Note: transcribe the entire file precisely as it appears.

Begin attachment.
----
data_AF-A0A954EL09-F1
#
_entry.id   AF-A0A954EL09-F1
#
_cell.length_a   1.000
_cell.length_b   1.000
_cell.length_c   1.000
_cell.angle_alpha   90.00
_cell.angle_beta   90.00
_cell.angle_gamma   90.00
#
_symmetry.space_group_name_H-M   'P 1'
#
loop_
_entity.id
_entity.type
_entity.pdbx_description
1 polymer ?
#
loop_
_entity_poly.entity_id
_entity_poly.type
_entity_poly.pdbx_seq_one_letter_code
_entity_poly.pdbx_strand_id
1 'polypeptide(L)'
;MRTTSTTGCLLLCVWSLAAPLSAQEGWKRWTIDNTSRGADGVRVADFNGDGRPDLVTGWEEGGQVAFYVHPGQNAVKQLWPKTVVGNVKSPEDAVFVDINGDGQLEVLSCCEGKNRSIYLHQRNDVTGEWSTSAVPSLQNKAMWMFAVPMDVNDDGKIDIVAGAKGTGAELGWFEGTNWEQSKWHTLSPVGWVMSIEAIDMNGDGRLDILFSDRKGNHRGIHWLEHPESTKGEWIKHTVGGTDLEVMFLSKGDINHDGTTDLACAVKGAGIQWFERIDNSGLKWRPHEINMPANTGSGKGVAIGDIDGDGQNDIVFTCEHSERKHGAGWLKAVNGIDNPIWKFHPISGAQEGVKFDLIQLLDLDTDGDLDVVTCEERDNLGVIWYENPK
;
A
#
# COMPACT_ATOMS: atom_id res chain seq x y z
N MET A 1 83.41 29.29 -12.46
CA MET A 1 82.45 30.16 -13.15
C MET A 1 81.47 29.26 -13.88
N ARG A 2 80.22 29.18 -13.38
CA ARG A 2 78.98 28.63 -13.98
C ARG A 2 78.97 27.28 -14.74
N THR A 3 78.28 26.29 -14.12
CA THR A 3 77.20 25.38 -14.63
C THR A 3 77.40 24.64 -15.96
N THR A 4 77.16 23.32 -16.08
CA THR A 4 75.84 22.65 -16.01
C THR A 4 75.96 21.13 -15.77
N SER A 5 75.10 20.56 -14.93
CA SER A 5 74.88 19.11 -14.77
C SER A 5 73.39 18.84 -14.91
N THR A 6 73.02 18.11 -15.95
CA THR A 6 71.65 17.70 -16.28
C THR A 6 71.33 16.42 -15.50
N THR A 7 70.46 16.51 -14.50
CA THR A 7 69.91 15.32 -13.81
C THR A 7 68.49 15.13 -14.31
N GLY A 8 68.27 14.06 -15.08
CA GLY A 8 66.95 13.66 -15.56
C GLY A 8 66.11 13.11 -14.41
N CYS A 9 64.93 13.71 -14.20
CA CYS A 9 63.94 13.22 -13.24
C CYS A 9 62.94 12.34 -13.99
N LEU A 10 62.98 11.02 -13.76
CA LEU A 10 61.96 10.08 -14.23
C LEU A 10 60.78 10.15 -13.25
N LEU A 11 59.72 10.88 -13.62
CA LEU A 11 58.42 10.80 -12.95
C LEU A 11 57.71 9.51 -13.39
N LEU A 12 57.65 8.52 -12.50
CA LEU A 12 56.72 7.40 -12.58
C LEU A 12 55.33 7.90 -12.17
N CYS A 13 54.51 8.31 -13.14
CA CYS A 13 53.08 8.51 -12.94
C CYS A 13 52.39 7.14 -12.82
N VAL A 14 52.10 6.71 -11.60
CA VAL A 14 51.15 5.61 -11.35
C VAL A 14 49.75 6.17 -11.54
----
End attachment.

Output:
data_AF-A0A954EL09-F1
#
_entry.id   AF-A0A954EL09-F1
#
_cell.length_a   1.000
_cell.length_b   1.000
_cell.length_c   1.000
_cell.angle_alpha   90.00
_cell.angle_beta   90.00
_cell.angle_gamma   90.00
#
_symmetry.space_group_name_H-M   'P 1'
#
loop_
_entity.id
_entity.type
_entity.pdbx_description
1 polymer ?
#
loop_
_entity_poly.entity_id
_entity_poly.type
_entity_poly.pdbx_seq_one_letter_code
_entity_poly.pdbx_strand_id
1 'polypeptide(L)'
;MRTTSTTGCLLLCVWSLAAPLSAQEGWKRWTIDNTSRGADGVRVADFNGDGRPDLVTGWEEGGQVAFYVHPGQNAVKQLWPKTVVGNVKSPEDAVFVDINGDGQLEVLSCCEGKNRSIYLHQRNDVTGEWSTSAVPSLQNKAMWMFAVPMDVNDDGKIDIVAGAKGTGAELGWFEGTNWEQSKWHTLSPVGWVMSIEAIDMNGDGRLDILFSDRKGNHRGIHWLEHPESTKGEWIKHTVGGTDLEVMFLSKGDINHDGTTDLACAVKGAGIQWFERIDNSGLKWRPHEINMPANTGSGKGVAIGDIDGDGQNDIVFTCEHSERKHGAGWLKAVNGIDNPIWKFHPISGAQEGVKFDLIQLLDLDTDGDLDVVTCEERDNLGVIWYENPK
;
A
#
# COMPACT_ATOMS: atom_id res chain seq x y z
N MET A 1 83.41 29.29 -12.46
CA MET A 1 82.45 30.16 -13.15
C MET A 1 81.47 29.26 -13.88
N ARG A 2 80.22 29.18 -13.38
CA ARG A 2 78.98 28.63 -13.98
C ARG A 2 78.97 27.28 -14.74
N THR A 3 78.28 26.29 -14.12
CA THR A 3 77.20 25.38 -14.63
C THR A 3 77.40 24.64 -15.96
N THR A 4 77.16 23.32 -16.08
CA THR A 4 75.84 22.65 -16.01
C THR A 4 75.96 21.13 -15.77
N SER A 5 75.10 20.56 -14.93
CA SER A 5 74.88 19.11 -14.77
C SER A 5 73.39 18.84 -14.91
N THR A 6 73.02 18.11 -15.95
CA THR A 6 71.65 17.70 -16.28
C THR A 6 71.33 16.42 -15.50
N THR A 7 70.46 16.51 -14.50
CA THR A 7 69.91 15.32 -13.81
C THR A 7 68.49 15.13 -14.31
N GLY A 8 68.27 14.06 -15.08
CA GLY A 8 66.95 13.66 -15.56
C GLY A 8 66.11 13.11 -14.41
N CYS A 9 64.93 13.71 -14.20
CA CYS A 9 63.94 13.22 -13.24
C CYS A 9 62.94 12.34 -13.99
N LEU A 10 62.98 11.02 -13.76
CA LEU A 10 61.96 10.08 -14.23
C LEU A 10 60.78 10.15 -13.25
N LEU A 11 59.72 10.88 -13.62
CA LEU A 11 58.42 10.80 -12.95
C LEU A 11 57.71 9.51 -13.39
N LEU A 12 57.65 8.52 -12.50
CA LEU A 12 56.72 7.40 -12.58
C LEU A 12 55.33 7.90 -12.17
N CYS A 13 54.51 8.31 -13.14
CA CYS A 13 53.08 8.51 -12.94
C CYS A 13 52.39 7.14 -12.82
N VAL A 14 52.10 6.71 -11.60
CA VAL A 14 51.15 5.61 -11.35
C VAL A 14 49.75 6.17 -11.54